When and why to call the credit card reconsideration line


In yesterday’s post about signing up for rewards credit cards, I mentioned making a reconsideration call to the bank if you were not instantly approved. Here’s some more information on what exactly a reconsideration call is, why and how you should do it, and the phone numbers you can use to get right through.

Most big banks have special analysts who determine whether or not applicants are approved. If you get a pending result, you can wait for the letter to come in the mail within 30 days, but it’s best to pick up the phone and call one of these agents and explain why you should be approved for the card. You are essentially asking them to expedite the decision by manually looking at your application. If you get a denial initially, it’s also possible to use the reconsideration line to ask for the decision to be reversed.

Reconsideration calls are not as scary as they seem! The analyst will ask you several questions, put you on hold for awhile, and often (hopefully!) they’ll approve you over the phone. We’ve had to make several calls and the majority of the time we have been approved for the card during the call.  If The Villain can make his own reconsideration calls, you can do it too. Always answer honestly, and always be polite and friendly to the person on the end of the line.

They will ask you why want the card.  Cite specific benefits that you will use that are unique to that card. Do not refer to the sign up bonus, but the ongoing bonuses, such as no foreign transaction fees, category spend, free checked bags, lounge access, etc. I frequently say that it will help me to organize my expenses–i.e. putting different types of expenses on different cards. When we moved we applied for a few new airline cards, so one reason could be that we need to switch airport hubs.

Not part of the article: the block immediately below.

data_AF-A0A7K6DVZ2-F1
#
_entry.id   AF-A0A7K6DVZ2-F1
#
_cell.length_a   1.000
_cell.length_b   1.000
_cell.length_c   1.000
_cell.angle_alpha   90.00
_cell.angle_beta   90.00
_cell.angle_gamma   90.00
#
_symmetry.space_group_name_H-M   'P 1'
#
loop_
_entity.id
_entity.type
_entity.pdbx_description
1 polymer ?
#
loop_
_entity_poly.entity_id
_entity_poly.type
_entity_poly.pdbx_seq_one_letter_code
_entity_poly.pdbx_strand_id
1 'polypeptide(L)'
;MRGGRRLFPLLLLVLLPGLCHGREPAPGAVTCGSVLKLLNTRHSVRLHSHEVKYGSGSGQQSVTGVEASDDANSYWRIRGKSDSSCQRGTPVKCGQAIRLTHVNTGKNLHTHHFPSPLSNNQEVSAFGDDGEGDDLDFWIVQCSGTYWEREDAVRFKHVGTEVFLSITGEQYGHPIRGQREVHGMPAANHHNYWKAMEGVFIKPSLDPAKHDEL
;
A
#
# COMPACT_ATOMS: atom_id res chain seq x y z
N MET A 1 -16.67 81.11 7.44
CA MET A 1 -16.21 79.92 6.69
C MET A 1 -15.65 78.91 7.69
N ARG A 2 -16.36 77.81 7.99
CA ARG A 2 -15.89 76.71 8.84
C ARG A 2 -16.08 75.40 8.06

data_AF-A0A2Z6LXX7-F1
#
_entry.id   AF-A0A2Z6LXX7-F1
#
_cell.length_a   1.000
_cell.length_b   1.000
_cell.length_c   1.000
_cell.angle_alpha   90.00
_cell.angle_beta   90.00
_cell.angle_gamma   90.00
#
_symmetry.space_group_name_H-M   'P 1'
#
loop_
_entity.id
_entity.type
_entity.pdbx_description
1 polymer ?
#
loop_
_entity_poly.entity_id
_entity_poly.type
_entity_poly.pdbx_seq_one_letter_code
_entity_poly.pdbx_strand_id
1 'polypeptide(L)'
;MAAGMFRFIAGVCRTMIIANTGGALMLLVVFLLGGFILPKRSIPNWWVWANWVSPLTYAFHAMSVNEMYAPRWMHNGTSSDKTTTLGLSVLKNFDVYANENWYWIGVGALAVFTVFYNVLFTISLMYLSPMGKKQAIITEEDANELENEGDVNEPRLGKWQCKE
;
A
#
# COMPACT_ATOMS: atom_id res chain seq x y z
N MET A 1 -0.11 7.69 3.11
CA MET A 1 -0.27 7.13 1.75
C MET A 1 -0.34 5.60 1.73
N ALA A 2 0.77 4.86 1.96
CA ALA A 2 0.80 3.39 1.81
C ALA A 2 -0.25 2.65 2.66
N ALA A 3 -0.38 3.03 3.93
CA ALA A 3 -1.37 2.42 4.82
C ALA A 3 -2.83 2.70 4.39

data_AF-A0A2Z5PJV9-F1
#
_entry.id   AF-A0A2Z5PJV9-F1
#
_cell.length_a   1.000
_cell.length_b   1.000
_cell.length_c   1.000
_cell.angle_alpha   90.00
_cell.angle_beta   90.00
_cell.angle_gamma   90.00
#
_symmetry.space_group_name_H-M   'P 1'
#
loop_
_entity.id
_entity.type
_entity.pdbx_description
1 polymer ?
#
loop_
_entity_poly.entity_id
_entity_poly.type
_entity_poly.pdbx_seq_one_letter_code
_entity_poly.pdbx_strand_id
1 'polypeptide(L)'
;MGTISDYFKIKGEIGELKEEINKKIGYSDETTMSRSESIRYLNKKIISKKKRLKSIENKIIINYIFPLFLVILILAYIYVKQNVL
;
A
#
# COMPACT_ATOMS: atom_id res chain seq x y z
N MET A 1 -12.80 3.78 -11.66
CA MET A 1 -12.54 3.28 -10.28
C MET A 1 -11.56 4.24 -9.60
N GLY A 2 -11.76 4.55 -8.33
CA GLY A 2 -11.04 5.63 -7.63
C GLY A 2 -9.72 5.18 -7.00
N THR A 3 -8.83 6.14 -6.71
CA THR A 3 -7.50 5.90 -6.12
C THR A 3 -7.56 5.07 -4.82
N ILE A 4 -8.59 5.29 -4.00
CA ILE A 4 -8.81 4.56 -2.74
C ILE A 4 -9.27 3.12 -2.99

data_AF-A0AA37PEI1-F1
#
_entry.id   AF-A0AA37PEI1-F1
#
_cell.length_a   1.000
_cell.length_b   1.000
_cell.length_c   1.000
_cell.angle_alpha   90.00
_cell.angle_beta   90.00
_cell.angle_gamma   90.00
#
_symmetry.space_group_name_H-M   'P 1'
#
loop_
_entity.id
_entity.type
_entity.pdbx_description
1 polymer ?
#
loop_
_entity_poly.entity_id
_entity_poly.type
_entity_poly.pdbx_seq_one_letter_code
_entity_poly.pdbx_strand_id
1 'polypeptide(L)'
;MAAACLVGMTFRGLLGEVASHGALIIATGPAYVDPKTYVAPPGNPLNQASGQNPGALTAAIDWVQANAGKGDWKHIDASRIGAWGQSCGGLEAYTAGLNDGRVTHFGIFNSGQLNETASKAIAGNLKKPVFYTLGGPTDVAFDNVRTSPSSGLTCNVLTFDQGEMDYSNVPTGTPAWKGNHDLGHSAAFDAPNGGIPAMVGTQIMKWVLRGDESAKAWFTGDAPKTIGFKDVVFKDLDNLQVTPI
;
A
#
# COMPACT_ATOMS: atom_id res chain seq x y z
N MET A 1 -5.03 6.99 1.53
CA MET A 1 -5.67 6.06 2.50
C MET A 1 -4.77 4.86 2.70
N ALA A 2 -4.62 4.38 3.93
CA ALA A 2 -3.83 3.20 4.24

If they tell you they will not be able to approve you, figure out why. If it’s because they’ve already extended you as much credit as they can, offer to lower the credit line on another one of your cards, or potentially even cancel another card if you’re prepared to do that. This is why I often do a churn before my annual fees are due, because I can use cards that I plan to cancel anyway as bargaining chips to open another card with that bank. Another reason banks often give if you’ve been churning awhile is that you have too many recent inquiries. In this case I suggest emphasizing how much you want the card and will use it, as well as bringing up your long relationship with the bank (if you have one). Let them know that you are a loyal customer who has always paid your bills on time. You can also talk about how your spending habits have changed lately, which is why you’ve needed additional cards.

You can always ask for a supervisor if the rep on the phone will not approve you, and then repeat the process with them. I’ve never had to do this, but have read about others having success. You can also usually hang up and call back again. Hopefully you’ll get a different rep who will be willing to approve you!

If this credit card can help you get HERE, isn’t it worth the stress of picking up the phone and making the call?

Bank Reconsideration Line Direct Numbers

Chase:
Personal: 888-245-0625 (7am-10pm Eastern)
Business: 800-453-9719 (8am-10pm Eastern)

Amex:
Personal and Business: 877-399-3083 (8am-midnight Eastern)

Citi:
Personal: 800-695-5171
Business: 800-763-9795

US Bank:
Personal and Business: 800-947-1444

Barclays:
Personal and Business: 866-408-4064 (8am-midnight)

Bank of America:
Personal: 866-865-7839 (8am-9pm Eastern)
Business: 800-481-8277

Bottom line: calling the reconsideration line won’t work every time, but you have nothing to lose by trying! You already have the credit inquiry on your credit report, so you may as well try to get it turned in to an approval. Banks want your business and are usually willing to work with you.

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